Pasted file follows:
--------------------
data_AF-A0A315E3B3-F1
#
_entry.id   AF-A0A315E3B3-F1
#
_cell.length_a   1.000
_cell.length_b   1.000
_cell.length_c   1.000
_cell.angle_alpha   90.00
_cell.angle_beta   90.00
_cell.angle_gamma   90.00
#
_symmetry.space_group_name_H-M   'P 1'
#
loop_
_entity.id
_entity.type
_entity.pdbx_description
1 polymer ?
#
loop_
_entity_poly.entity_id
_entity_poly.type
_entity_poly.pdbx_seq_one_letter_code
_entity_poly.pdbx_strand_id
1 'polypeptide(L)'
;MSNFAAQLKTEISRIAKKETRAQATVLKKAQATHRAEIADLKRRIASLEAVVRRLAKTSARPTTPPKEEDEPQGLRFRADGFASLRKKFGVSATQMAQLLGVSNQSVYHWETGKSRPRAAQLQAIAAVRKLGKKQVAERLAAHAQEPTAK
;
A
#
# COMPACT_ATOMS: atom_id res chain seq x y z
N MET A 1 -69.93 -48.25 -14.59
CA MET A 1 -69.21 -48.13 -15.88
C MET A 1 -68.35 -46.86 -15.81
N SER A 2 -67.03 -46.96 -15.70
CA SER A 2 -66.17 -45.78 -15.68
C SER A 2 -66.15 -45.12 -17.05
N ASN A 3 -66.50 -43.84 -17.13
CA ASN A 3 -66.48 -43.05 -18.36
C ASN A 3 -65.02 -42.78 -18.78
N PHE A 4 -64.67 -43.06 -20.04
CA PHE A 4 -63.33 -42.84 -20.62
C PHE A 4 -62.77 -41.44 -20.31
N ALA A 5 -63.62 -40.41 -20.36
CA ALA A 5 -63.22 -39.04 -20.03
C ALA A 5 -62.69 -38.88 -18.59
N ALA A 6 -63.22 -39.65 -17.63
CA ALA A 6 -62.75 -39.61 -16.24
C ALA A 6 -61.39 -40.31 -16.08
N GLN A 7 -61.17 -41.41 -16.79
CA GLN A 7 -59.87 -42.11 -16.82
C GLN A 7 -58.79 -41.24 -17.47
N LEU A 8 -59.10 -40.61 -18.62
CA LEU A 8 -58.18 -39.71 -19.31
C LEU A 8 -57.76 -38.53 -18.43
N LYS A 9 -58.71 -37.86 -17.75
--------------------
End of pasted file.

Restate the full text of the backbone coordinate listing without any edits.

data_AF-A0A315E3B3-F1
#
_entry.id   AF-A0A315E3B3-F1
#
_cell.length_a   1.000
_cell.length_b   1.000
_cell.length_c   1.000
_cell.angle_alpha   90.00
_cell.angle_beta   90.00
_cell.angle_gamma   90.00
#
_symmetry.space_group_name_H-M   'P 1'
#
loop_
_entity.id
_entity.type
_entity.pdbx_description
1 polymer ?
#
loop_
_entity_poly.entity_id
_entity_poly.type
_entity_poly.pdbx_seq_one_letter_code
_entity_poly.pdbx_strand_id
1 'polypeptide(L)'
;MSNFAAQLKTEISRIAKKETRAQATVLKKAQATHRAEIADLKRRIASLEAVVRRLAKTSARPTTPPKEEDEPQGLRFRADGFASLRKKFGVSATQMAQLLGVSNQSVYHWETGKSRPRAAQLQAIAAVRKLGKKQVAERLAAHAQEPTAK
;
A
#
# COMPACT_ATOMS: atom_id res chain seq x y z
N MET A 1 -69.93 -48.25 -14.59
CA MET A 1 -69.21 -48.13 -15.88
C MET A 1 -68.35 -46.86 -15.81
N SER A 2 -67.03 -46.96 -15.70
CA SER A 2 -66.17 -45.78 -15.68
C SER A 2 -66.15 -45.12 -17.05
N ASN A 3 -66.50 -43.84 -17.13
CA ASN A 3 -66.48 -43.05 -18.36
C ASN A 3 -65.02 -42.78 -18.78
N PHE A 4 -64.67 -43.06 -20.04
CA PHE A 4 -63.33 -42.84 -20.62
C PHE A 4 -62.77 -41.44 -20.31
N ALA A 5 -63.62 -40.41 -20.36
CA ALA A 5 -63.22 -39.04 -20.03
C ALA A 5 -62.69 -38.88 -18.59
N ALA A 6 -63.22 -39.65 -17.63
CA ALA A 6 -62.75 -39.61 -16.24
C ALA A 6 -61.39 -40.31 -16.08
N GLN A 7 -61.17 -41.41 -16.79
CA GLN A 7 -59.87 -42.11 -16.82
C GLN A 7 -58.79 -41.24 -17.47
N LEU A 8 -59.10 -40.61 -18.62
CA LEU A 8 -58.18 -39.71 -19.31
C LEU A 8 -57.76 -38.53 -18.43
N LYS A 9 -58.71 -37.86 -17.75